When making a life-altering decision of purchasing a property, we either often delay or forget that every small step in the process needs to be followed with complete reverence. It not only saves one from legal battles at a future date but helps one establish a clear track record. From avoiding clerical mistakes in document copy to registering the property documents, it is always advisable to follow the norms.
Here we bring you reasons to why you need to register your documents.
- It acts as a proof that the document was made or drawn.
- Since the documentation will already be in public records, it will help prevent forgery and frauds.
- Any litigation with respect to the property can be found out easily if the document is registered.
- It will lead to greater transparency in transactions and deals as the information is publicly available on demand.
In the watershed case of Narinder Singh Rao, whose father died leaving a piece of paper which read that the wife could inherit all the property after his death, was signed only by a single witness and the document was not registered. The widowed mother gave the property to one of her nine children which was challenged by the other siblings in court. The Supreme Court held that since the document was not signed by two witnesses or registered, the document was invalid and hence, it observed that all the children had a right in the father’s property. Two statements can be drawn out from the case. First, proper attestation is necessary. Secondly, registration of documents is of paramount importance.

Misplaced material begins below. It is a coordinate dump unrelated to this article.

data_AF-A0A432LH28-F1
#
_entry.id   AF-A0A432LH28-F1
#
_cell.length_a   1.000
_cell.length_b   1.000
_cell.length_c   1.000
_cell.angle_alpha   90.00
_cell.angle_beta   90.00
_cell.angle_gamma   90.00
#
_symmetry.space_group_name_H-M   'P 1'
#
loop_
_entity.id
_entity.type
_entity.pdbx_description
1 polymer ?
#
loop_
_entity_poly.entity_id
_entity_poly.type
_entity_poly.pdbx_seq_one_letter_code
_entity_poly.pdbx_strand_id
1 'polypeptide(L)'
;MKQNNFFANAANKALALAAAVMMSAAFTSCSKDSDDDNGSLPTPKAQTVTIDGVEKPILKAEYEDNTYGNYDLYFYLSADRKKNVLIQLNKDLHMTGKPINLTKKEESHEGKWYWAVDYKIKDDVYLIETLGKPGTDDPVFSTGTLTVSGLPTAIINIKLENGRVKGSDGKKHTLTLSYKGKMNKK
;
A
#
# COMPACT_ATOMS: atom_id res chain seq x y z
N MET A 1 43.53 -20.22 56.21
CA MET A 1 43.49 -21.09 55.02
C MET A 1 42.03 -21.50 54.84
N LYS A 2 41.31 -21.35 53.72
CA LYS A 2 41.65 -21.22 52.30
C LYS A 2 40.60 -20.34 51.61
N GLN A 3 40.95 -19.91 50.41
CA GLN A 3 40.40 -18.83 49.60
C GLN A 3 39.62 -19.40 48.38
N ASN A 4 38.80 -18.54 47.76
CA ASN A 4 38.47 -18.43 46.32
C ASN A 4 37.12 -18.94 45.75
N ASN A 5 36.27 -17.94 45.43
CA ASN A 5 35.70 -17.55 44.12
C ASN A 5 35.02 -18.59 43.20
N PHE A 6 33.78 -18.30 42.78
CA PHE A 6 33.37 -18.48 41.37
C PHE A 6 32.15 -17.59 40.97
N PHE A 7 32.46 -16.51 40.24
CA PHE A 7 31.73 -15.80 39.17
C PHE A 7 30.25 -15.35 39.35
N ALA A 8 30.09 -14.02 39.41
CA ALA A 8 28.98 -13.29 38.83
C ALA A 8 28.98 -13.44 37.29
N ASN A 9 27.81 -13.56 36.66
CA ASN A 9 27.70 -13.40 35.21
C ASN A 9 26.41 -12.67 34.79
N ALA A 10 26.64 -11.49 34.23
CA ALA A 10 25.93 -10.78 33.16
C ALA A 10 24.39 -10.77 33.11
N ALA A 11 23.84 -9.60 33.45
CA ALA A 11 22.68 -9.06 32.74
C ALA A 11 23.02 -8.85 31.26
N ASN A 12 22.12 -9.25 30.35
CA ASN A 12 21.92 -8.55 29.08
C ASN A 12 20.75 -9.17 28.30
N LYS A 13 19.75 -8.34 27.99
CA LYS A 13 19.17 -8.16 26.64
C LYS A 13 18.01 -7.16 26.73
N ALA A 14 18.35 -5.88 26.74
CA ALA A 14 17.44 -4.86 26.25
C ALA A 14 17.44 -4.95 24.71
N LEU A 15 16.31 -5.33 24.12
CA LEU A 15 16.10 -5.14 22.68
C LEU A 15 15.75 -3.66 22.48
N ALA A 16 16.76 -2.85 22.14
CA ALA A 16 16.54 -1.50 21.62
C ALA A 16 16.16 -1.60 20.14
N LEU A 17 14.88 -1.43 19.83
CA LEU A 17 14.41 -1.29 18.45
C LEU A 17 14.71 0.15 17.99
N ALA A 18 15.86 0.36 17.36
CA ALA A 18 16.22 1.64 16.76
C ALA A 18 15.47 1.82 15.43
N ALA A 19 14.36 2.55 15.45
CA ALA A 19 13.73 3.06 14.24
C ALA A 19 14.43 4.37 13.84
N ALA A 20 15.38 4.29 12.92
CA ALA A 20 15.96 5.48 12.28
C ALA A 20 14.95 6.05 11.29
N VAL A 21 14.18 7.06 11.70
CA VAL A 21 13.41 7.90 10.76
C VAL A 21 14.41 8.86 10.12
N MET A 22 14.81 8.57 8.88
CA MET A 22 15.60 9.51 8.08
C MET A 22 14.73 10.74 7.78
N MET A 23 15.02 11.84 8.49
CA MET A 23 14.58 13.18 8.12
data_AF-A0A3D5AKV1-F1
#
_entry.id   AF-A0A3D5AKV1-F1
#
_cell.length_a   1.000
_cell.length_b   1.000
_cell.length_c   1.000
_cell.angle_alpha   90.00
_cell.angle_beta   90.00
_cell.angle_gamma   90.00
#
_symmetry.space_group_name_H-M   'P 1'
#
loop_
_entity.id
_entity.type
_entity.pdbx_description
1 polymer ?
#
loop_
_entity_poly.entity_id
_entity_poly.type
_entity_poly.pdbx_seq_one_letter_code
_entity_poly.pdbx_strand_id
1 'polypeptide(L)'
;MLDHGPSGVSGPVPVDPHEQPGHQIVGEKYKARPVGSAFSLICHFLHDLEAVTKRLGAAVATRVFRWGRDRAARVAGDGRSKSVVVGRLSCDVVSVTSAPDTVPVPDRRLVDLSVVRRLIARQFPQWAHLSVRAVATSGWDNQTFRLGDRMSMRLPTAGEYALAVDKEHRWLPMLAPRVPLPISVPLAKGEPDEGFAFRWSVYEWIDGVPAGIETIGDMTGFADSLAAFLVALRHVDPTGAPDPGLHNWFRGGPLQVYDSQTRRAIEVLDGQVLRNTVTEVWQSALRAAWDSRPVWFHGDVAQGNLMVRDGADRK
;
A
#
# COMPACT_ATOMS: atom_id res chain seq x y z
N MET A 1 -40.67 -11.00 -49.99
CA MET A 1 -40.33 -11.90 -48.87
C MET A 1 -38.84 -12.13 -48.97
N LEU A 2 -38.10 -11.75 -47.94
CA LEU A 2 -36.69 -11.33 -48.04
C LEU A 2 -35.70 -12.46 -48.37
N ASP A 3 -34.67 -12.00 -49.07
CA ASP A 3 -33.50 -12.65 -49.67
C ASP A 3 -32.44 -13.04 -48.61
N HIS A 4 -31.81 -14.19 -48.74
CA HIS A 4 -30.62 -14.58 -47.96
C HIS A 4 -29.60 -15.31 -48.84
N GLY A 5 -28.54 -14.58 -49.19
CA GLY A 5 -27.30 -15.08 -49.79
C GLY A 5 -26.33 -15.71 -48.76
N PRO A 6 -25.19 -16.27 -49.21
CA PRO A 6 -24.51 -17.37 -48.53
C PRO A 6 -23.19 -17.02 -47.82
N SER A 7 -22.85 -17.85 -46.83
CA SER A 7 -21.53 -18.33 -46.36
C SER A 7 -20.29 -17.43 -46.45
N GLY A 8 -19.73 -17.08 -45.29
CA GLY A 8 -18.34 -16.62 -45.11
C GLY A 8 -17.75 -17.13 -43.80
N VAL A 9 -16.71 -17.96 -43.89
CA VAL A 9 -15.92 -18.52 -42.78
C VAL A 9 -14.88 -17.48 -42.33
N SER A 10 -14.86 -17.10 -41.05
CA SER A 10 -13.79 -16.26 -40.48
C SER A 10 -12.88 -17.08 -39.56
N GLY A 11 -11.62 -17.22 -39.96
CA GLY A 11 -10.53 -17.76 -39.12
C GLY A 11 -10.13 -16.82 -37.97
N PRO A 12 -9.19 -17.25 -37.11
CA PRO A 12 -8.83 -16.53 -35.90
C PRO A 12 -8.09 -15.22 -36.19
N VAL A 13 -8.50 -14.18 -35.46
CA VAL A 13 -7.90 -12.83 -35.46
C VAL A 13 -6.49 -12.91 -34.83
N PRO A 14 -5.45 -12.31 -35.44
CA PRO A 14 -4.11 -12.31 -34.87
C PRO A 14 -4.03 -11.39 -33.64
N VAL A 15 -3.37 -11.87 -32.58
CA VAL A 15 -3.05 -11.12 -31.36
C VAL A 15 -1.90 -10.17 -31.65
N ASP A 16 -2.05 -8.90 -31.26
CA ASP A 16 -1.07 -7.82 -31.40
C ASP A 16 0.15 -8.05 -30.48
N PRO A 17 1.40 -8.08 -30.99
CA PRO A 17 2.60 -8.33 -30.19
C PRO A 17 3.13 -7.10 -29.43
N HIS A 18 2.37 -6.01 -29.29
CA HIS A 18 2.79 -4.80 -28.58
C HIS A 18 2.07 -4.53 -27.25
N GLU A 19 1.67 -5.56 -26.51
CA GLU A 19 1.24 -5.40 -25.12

Two independent witnesses should sign the will. Independent means that both the witnesses should not benefit from the will in any way. Either one can be a witness or a beneficiary. There is no in-between when it comes to attestation. A residuary legatee gets the remainder of the property which has not been allocated to any one in case the beneficiary is same as the witness. Although relatives, not related by blood, can be witnesses, it is advisable to have independent witnesses who are not a part of the family.
Instruments of gift of immovable property have to be registered under Section 17 of the Indian Registration Act, 1908. Gift or sale deeds which are part of immovable property have to be registered. Otherwise, they are considered invalid and not under the purview of law. The transfer of property can only be done through a conveyance deed and not the general power of attorney according to a 2011 Supreme Court judgement. Experts suggest that registering a property leads to greater transparency and acts as a valid proof that the property has been transferred or sold. You can also manage to get a duplicate copy of the property documents from the registrar’s office in case you lose the first set of documents. Excluding the stamp duty charges, the cost of registering a property varies anywhere from Rs 1,000 to Rs 2,000 depending on the state.
Though not all documents need to be registered under the Indian Registration Act, Section 18 states that moveable properties including a will should ideally be registered to lend credibility to it. Any piece of paper signed by two witnesses may act as a will but registration helps forgo any legal battles between heirs at a later date.